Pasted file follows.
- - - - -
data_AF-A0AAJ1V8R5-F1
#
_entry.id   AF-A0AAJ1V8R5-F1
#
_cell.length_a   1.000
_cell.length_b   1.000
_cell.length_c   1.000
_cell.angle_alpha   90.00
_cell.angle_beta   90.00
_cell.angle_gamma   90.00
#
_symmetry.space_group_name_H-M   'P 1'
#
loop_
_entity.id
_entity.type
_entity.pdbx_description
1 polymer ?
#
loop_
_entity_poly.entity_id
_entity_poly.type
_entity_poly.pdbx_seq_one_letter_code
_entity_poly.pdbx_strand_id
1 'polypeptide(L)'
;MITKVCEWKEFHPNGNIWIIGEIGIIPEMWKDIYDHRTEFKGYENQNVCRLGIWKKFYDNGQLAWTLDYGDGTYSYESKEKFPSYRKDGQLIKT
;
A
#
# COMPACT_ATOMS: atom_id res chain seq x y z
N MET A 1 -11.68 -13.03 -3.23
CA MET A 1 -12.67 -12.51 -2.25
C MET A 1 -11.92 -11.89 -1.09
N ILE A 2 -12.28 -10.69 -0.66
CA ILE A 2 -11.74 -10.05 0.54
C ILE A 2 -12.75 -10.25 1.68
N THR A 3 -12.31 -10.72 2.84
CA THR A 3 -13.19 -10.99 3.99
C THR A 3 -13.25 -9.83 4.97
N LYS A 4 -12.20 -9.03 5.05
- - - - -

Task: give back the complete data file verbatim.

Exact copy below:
data_AF-A0AAJ1V8R5-F1
#
_entry.id   AF-A0AAJ1V8R5-F1
#
_cell.length_a   1.000
_cell.length_b   1.000
_cell.length_c   1.000
_cell.angle_alpha   90.00
_cell.angle_beta   90.00
_cell.angle_gamma   90.00
#
_symmetry.space_group_name_H-M   'P 1'
#
loop_
_entity.id
_entity.type
_entity.pdbx_description
1 polymer ?
#
loop_
_entity_poly.entity_id
_entity_poly.type
_entity_poly.pdbx_seq_one_letter_code
_entity_poly.pdbx_strand_id
1 'polypeptide(L)'
;MITKVCEWKEFHPNGNIWIIGEIGIIPEMWKDIYDHRTEFKGYENQNVCRLGIWKKFYDNGQLAWTLDYGDGTYSYESKEKFPSYRKDGQLIKT
;
A
#
# COMPACT_ATOMS: atom_id res chain seq x y z
N MET A 1 -11.68 -13.03 -3.23
CA MET A 1 -12.67 -12.51 -2.25
C MET A 1 -11.92 -11.89 -1.09
N ILE A 2 -12.28 -10.69 -0.66
CA ILE A 2 -11.74 -10.05 0.54
C ILE A 2 -12.75 -10.25 1.68
N THR A 3 -12.31 -10.72 2.84
CA THR A 3 -13.19 -10.99 3.99
C THR A 3 -13.25 -9.83 4.97
N LYS A 4 -12.20 -9.03 5.05